Open Access Thesis
Master of Arts (MA)
Department or School
Communication, Media and Theatre Arts
Dr. Michael Tew
Dr. Tsai Shen
Dr. Elizabeth Currans
The culture in which a woman is a part of sets expectations based on their gender. This paper explores how the relationship between prescribed gender roles, internalized homophobia, and coming out of the closet are related. A focus group of seven women who identified as lesbian, gay, bisexual, pansexual, and queer was conducted. The findings suggest that gender roles do limit the way women view themselves, that religion is the largest contributor to internalized homophobia, and that gender expression changes throughout the coming out process as these queer women developed a stronger sense of their identity. Future research should include voices of trans* individuals and women who have been out for more than ten years.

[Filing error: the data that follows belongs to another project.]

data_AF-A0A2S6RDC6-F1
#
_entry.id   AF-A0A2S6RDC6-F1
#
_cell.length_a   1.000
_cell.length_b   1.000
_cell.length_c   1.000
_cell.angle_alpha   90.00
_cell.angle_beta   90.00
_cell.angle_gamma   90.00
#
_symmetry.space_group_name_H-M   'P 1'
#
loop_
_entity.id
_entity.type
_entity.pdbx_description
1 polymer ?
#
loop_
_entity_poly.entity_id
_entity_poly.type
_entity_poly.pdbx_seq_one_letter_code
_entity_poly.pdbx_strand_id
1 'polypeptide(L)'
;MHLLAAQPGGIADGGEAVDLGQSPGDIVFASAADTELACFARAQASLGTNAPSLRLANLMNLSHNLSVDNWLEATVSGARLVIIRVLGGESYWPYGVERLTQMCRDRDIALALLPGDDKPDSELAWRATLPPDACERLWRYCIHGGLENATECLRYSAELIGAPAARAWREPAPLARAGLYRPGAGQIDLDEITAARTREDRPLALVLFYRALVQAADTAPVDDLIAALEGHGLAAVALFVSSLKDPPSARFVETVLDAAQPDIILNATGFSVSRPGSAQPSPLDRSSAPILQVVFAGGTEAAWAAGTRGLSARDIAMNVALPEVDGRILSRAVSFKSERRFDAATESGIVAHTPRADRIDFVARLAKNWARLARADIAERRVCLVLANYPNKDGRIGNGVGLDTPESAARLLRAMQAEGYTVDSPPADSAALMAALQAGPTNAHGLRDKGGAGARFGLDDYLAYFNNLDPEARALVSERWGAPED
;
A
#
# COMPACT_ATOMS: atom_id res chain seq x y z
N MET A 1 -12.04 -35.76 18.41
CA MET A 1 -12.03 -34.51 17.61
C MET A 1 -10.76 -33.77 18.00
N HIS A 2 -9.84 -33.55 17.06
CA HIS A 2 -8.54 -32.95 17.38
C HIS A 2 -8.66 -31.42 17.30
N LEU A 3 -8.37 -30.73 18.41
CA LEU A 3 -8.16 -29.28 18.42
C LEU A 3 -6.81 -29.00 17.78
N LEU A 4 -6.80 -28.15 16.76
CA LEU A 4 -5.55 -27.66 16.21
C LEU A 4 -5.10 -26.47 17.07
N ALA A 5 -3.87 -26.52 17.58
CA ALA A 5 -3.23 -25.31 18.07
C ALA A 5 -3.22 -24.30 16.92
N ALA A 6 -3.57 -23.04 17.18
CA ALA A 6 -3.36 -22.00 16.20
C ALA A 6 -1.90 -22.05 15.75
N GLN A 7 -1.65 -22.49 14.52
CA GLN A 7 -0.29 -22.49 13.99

Richards, Nicole M., "Gender roles, homophobia, and the closet: Experiences of queer women" (2015). Master's Theses and Doctoral Dissertations. 721.